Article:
Dynamic rendering as a workaround

On some websites, JavaScript loads additional content when the page is open in a browser. This is called client-side rendering. Google Search sees this content along with the content in the HTML of a website. Keep in mind that there are some limitations for JavaScript in Google Search and some pages may encounter problems with content not showing up in the rendered HTML. Other search engines may choose to ignore JavaScript and won't see JavaScript-generated content.

Dynamic rendering is a workaround for websites where JavaScript-generated content is not available to search engines. A dynamic rendering server detects bots that may have problems with JavaScript-generated content and serves a server-rendered version without JavaScript to these bots while showing the client-side rendered version of the content to users.

Dynamic rendering is a workaround and not a recommended solution, because it creates additional complexities and resource requirements.

Sites that might use dynamic rendering

Dynamic rendering was a workaround for indexable, public JavaScript-generated content that changes rapidly, or content that uses JavaScript features that aren't supported by the crawlers you care about. Not all sites need to use dynamic rendering, and there are better solutions than dynamic rendering as explained in an overview of rendering on the web.

Understand how dynamic rendering works

Dynamic rendering requires your web server to detect crawlers (for example, by checking the user agent). When your web server identifies a request from a crawler that does not support JavaScript or the JavaScript features required to render your content, this request is routed to a rendering server. Requests from users and crawlers without JavaScript issues are served normally. The rendering server responds to requests with a version of the content that's suitable to the crawler, for example, it may serve a static HTML version. You can choose to enable the dynamic renderer for all pages or on a per-page basis.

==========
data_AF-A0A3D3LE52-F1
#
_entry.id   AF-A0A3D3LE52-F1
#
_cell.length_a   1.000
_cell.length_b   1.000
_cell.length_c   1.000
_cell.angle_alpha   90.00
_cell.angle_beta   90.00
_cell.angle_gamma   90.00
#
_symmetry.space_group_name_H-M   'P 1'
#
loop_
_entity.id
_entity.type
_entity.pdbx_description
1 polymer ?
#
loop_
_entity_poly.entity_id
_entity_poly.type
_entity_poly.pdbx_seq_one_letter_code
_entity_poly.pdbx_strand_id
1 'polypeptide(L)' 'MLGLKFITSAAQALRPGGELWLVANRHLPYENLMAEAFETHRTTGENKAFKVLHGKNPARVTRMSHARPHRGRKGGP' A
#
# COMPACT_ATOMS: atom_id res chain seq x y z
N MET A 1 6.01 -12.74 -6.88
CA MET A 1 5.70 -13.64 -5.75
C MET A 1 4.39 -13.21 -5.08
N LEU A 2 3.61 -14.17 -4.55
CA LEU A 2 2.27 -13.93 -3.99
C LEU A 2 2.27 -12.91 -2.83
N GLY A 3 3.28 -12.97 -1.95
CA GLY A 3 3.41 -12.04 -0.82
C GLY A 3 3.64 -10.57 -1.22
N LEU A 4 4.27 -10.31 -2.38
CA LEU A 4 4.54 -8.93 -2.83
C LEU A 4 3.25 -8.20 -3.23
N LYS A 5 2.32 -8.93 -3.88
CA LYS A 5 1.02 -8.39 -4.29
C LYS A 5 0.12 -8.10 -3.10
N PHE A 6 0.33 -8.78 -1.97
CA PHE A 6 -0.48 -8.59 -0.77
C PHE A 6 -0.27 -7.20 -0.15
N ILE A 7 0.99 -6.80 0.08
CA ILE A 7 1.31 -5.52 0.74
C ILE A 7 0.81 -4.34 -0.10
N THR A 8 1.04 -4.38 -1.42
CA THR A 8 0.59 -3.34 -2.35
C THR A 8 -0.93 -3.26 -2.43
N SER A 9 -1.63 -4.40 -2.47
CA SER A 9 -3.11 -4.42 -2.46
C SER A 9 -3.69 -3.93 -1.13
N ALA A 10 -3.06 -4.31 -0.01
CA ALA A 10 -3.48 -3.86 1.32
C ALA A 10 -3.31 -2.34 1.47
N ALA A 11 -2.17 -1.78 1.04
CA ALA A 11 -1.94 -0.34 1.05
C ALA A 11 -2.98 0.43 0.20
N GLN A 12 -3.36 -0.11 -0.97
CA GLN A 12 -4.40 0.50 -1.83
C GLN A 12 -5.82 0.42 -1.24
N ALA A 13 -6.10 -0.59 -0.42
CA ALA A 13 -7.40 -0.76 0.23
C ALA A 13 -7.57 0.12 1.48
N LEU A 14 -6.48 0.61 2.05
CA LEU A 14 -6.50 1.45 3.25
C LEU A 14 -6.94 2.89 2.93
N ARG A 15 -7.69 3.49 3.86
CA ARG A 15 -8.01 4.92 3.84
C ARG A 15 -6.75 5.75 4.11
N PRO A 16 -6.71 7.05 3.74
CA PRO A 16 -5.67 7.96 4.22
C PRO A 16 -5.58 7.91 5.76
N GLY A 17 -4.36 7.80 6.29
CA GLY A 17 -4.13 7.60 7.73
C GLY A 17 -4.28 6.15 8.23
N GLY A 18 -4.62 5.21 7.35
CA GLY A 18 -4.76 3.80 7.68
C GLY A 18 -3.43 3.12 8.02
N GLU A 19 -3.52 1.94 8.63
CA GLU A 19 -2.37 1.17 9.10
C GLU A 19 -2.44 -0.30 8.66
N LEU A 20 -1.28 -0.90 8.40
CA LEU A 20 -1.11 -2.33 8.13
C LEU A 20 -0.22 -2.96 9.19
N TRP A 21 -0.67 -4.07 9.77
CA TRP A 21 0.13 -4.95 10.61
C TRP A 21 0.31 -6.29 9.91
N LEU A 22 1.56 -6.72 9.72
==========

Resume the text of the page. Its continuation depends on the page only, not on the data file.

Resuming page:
A diagram that shows how dynamic rendering works. The diagram shows the server serving
          initial HTML and JavaScript content directly to the browser. In contrast, the diagram
          shows the server serving initial HTML and JavaScript to a renderer, which converts the
          initial HTML and JavaScript to static HTML. Once the content is converted, the
          renderer serves static HTML to the crawler.

Dynamic rendering is not cloaking

Googlebot generally doesn't consider dynamic rendering as cloaking. As long as your dynamic rendering produces similar content, Googlebot won't view dynamic rendering as cloaking.

When you're setting up dynamic rendering, your site may produce error pages. Googlebot doesn't consider these error pages as cloaking and treats the error as any other error page.

Using dynamic rendering to serve completely different content to users and crawlers can be considered cloaking. For example, a website that serves a page about cats to users and a page about dogs to crawlers is cloaking.